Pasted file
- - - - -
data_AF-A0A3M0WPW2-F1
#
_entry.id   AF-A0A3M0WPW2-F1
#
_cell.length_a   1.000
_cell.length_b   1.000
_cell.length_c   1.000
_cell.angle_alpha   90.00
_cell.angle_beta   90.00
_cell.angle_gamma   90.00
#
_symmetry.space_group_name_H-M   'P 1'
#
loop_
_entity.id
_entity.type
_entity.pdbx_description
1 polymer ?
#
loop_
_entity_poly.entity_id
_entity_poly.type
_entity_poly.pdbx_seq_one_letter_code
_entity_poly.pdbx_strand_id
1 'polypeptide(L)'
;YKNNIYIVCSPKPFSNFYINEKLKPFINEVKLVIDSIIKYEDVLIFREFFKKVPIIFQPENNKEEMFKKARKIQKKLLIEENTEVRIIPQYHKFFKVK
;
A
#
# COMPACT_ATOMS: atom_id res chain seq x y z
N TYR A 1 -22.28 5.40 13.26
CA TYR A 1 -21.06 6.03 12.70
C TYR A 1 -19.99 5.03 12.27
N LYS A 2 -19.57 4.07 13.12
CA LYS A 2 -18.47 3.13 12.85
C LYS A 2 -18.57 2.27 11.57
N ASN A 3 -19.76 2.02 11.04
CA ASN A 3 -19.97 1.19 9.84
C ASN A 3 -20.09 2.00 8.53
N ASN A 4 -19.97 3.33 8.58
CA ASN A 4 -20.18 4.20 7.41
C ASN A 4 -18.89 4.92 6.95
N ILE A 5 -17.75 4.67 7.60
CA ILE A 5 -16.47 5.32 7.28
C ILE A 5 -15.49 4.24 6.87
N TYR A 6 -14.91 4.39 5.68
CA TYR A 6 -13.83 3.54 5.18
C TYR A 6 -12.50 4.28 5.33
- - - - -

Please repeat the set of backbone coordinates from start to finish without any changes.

data_AF-A0A3M0WPW2-F1
#
_entry.id   AF-A0A3M0WPW2-F1
#
_cell.length_a   1.000
_cell.length_b   1.000
_cell.length_c   1.000
_cell.angle_alpha   90.00
_cell.angle_beta   90.00
_cell.angle_gamma   90.00
#
_symmetry.space_group_name_H-M   'P 1'
#
loop_
_entity.id
_entity.type
_entity.pdbx_description
1 polymer ?
#
loop_
_entity_poly.entity_id
_entity_poly.type
_entity_poly.pdbx_seq_one_letter_code
_entity_poly.pdbx_strand_id
1 'polypeptide(L)'
;YKNNIYIVCSPKPFSNFYINEKLKPFINEVKLVIDSIIKYEDVLIFREFFKKVPIIFQPENNKEEMFKKARKIQKKLLIEENTEVRIIPQYHKFFKVK
;
A
#
# COMPACT_ATOMS: atom_id res chain seq x y z
N TYR A 1 -22.28 5.40 13.26
CA TYR A 1 -21.06 6.03 12.70
C TYR A 1 -19.99 5.03 12.27
N LYS A 2 -19.57 4.07 13.12
CA LYS A 2 -18.47 3.13 12.85
C LYS A 2 -18.57 2.27 11.57
N ASN A 3 -19.76 2.02 11.04
CA ASN A 3 -19.97 1.19 9.84
C ASN A 3 -20.09 2.00 8.53
N ASN A 4 -19.97 3.33 8.58
CA ASN A 4 -20.18 4.20 7.41
C ASN A 4 -18.89 4.92 6.95
N ILE A 5 -17.75 4.67 7.60
CA ILE A 5 -16.47 5.32 7.28
C ILE A 5 -15.49 4.24 6.87
N TYR A 6 -14.91 4.39 5.68
CA TYR A 6 -13.83 3.54 5.18
C TYR A 6 -12.50 4.28 5.33